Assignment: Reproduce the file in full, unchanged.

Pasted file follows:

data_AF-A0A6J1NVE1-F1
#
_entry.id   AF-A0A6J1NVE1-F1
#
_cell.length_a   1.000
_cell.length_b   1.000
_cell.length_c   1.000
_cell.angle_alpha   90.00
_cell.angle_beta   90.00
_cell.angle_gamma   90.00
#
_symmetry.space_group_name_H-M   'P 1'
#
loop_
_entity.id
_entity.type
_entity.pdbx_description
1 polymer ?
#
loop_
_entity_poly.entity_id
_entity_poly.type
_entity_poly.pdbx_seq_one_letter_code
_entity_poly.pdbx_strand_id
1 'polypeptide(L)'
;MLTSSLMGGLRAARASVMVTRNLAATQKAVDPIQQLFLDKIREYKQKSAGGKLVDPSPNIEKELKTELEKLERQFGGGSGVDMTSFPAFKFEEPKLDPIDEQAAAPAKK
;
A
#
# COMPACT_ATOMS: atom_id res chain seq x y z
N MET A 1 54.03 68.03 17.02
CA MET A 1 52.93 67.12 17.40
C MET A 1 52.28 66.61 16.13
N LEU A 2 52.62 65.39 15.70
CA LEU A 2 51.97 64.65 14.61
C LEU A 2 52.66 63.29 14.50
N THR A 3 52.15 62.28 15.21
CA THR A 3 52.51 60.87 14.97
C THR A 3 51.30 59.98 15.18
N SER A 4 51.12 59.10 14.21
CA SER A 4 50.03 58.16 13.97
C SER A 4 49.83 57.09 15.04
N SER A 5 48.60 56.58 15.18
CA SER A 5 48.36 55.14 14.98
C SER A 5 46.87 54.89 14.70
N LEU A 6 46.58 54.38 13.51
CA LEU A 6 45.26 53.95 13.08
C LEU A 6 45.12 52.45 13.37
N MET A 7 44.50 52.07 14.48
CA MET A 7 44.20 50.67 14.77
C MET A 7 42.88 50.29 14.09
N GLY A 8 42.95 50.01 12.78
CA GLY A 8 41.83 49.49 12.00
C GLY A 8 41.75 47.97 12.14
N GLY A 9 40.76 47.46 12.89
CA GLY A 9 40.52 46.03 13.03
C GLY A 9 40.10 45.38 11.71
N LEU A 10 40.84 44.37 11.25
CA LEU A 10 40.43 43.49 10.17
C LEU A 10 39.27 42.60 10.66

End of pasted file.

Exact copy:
data_AF-A0A6J1NVE1-F1
#
_entry.id   AF-A0A6J1NVE1-F1
#
_cell.length_a   1.000
_cell.length_b   1.000
_cell.length_c   1.000
_cell.angle_alpha   90.00
_cell.angle_beta   90.00
_cell.angle_gamma   90.00
#
_symmetry.space_group_name_H-M   'P 1'
#
loop_
_entity.id
_entity.type
_entity.pdbx_description
1 polymer ?
#
loop_
_entity_poly.entity_id
_entity_poly.type
_entity_poly.pdbx_seq_one_letter_code
_entity_poly.pdbx_strand_id
1 'polypeptide(L)'
;MLTSSLMGGLRAARASVMVTRNLAATQKAVDPIQQLFLDKIREYKQKSAGGKLVDPSPNIEKELKTELEKLERQFGGGSGVDMTSFPAFKFEEPKLDPIDEQAAAPAKK
;
A
#
# COMPACT_ATOMS: atom_id res chain seq x y z
N MET A 1 54.03 68.03 17.02
CA MET A 1 52.93 67.12 17.40
C MET A 1 52.28 66.61 16.13
N LEU A 2 52.62 65.39 15.70
CA LEU A 2 51.97 64.65 14.61
C LEU A 2 52.66 63.29 14.50
N THR A 3 52.15 62.28 15.21
CA THR A 3 52.51 60.87 14.97
C THR A 3 51.30 59.98 15.18
N SER A 4 51.12 59.10 14.21
CA SER A 4 50.03 58.16 13.97
C SER A 4 49.83 57.09 15.04
N SER A 5 48.60 56.58 15.18
CA SER A 5 48.36 55.14 14.98
C SER A 5 46.87 54.89 14.70
N LEU A 6 46.58 54.38 13.51
CA LEU A 6 45.26 53.95 13.08
C LEU A 6 45.12 52.45 13.37
N MET A 7 44.50 52.07 14.48
CA MET A 7 44.20 50.67 14.77
C MET A 7 42.88 50.29 14.09
N GLY A 8 42.95 50.01 12.78
CA GLY A 8 41.83 49.49 12.00
C GLY A 8 41.75 47.97 12.14
N GLY A 9 40.76 47.46 12.89
CA GLY A 9 40.52 46.03 13.03
C GLY A 9 40.10 45.38 11.71
N LEU A 10 40.84 44.37 11.25
CA LEU A 10 40.43 43.49 10.17
C LEU A 10 39.27 42.60 10.66